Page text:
Though we claim to be a non-creedal people, we do, in fact, have a statement of faith on which we vote at annual meetings - the Baptist Faith & Message. It's pretty clear about the office of pastor being held only by men.
                          A New Testament church of the Lord Jesus Christ is an autonomous local congregation of baptized believers, associated by covenant in the faith and fellowship of the gospel; observing the two ordinances of Christ, governed by His laws, exercising the gifts, rights, and privileges invested in them by His Word, and seeking to extend the gospel to the ends of the earth. Each congregation operates under the Lordship of Christ through democratic processes. In such a congregation each member is responsible and accountable to Christ as Lord. Its scriptural officers are pastors and deacons. While both men and women are gifted for service in the church, the office of pastor is limited to men as qualified by Scripture.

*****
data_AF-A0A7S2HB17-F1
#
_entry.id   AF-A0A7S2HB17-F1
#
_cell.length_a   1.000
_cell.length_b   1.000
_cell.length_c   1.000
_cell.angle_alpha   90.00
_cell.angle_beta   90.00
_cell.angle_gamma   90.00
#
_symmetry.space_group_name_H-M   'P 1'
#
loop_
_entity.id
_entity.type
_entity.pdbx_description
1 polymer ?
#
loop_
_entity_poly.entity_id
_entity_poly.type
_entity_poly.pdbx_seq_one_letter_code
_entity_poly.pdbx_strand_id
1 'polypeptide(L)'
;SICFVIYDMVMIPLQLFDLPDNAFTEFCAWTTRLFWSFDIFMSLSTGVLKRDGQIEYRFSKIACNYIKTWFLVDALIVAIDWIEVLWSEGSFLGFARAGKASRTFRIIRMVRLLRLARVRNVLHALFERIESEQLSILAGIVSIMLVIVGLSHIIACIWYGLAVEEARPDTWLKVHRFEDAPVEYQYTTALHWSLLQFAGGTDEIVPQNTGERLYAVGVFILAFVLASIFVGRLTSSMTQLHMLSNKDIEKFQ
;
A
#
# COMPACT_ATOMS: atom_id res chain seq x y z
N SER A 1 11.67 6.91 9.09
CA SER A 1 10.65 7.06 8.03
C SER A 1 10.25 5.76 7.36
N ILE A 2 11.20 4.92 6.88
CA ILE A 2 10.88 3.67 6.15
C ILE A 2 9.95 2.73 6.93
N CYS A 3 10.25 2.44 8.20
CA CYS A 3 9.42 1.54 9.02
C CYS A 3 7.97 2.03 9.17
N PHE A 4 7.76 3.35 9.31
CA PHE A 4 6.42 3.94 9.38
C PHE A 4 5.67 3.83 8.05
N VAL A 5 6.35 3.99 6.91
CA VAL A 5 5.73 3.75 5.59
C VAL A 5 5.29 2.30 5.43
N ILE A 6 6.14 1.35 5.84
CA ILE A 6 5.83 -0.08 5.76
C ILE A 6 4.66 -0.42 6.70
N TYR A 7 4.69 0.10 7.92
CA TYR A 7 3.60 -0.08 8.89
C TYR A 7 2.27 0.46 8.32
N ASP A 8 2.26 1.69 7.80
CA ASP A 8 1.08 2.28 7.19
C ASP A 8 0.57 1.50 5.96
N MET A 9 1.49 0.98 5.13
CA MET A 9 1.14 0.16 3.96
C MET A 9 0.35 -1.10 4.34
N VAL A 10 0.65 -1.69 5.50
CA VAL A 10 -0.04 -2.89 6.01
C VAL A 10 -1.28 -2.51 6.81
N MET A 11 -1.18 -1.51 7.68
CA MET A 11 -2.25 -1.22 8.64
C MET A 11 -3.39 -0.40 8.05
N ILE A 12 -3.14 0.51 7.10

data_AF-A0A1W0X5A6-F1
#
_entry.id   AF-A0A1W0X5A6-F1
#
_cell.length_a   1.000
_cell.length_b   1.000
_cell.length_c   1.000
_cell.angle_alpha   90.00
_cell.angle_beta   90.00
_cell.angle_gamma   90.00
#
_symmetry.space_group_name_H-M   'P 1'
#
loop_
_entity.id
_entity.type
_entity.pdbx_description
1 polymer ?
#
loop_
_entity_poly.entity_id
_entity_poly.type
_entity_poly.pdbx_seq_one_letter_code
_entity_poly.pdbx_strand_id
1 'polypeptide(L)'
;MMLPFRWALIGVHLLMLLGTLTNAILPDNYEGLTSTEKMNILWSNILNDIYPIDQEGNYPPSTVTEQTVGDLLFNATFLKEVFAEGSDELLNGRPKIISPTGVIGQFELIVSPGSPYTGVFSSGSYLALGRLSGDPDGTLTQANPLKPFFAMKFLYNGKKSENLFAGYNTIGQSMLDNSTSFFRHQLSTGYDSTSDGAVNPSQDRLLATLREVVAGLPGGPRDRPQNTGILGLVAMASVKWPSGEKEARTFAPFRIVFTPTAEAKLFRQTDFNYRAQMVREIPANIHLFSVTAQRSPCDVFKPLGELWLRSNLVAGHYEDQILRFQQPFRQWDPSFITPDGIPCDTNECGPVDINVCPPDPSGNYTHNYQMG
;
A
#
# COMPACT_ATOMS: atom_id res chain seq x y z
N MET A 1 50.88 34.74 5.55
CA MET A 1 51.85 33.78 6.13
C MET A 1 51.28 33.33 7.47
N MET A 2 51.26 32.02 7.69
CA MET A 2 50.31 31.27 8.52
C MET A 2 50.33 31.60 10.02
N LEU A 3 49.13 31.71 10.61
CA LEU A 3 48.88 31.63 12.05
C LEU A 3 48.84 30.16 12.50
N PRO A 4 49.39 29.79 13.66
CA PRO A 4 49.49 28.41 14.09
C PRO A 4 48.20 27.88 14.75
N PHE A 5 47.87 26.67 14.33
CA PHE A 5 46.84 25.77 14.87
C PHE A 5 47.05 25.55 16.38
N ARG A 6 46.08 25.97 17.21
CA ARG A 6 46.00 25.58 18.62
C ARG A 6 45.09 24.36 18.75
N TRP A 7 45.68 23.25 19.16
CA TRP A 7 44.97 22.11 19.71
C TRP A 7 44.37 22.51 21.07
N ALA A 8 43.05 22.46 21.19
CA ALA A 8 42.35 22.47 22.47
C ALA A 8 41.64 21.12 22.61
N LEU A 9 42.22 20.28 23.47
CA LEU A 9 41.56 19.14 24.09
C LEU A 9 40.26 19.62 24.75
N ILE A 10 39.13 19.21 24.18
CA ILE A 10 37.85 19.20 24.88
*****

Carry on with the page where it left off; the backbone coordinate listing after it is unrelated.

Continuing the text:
The New Testament speaks also of the church as the Body of Christ which includes all of the redeemed of all the ages, believers from every tribe, and tongue, and people, and nation.

                          Matthew 16:15-19; 18:15-20; Acts 2:41-42,47; 5:11-14; 6:3-6; 13:1-3; 14:23,27; 15:1-30; 16:5; 20:28; Romans 1:7; 1 Corinthians 1:2; 3:16; 5:4-5; 7:17; 9:13-14; 12; Ephesians 1:22-23; 2:19-22; 3:8-11,21; 5:22-32; Philippians 1:1; Colossians 1:18; 1 Timothy 2:9-14; 3:1-15; 4:14; Hebrews 11:39-40; 1 Peter 5:1-4; Revelation 2-3; 21:2-3.
                          The first to state his case seems right until another comes and cross-examines him.

                          Comment


                          • #14
                            By the way - there's still much controversy about Junia....
                            Either that she was a woman
                            or that she was an apostle.